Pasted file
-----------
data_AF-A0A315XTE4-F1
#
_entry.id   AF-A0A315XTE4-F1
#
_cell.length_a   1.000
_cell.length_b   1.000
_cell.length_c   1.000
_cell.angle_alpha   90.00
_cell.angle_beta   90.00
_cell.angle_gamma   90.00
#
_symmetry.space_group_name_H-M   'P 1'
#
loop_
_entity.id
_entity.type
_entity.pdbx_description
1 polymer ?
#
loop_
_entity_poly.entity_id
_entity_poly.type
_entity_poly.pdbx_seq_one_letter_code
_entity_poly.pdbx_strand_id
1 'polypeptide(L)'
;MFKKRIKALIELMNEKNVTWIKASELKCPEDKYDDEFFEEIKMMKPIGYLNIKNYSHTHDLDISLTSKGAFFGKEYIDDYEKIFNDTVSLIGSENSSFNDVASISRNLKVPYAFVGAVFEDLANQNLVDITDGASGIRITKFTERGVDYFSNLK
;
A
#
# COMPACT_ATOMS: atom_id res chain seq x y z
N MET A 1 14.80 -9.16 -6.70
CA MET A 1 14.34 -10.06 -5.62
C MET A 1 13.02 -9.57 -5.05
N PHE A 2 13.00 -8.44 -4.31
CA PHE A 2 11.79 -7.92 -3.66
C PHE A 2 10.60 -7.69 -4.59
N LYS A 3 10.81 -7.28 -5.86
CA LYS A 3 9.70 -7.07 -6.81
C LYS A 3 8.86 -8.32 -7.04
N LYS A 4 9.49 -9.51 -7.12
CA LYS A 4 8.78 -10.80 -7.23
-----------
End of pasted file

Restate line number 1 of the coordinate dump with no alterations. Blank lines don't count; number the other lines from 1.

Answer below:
data_AF-A0A315XTE4-F1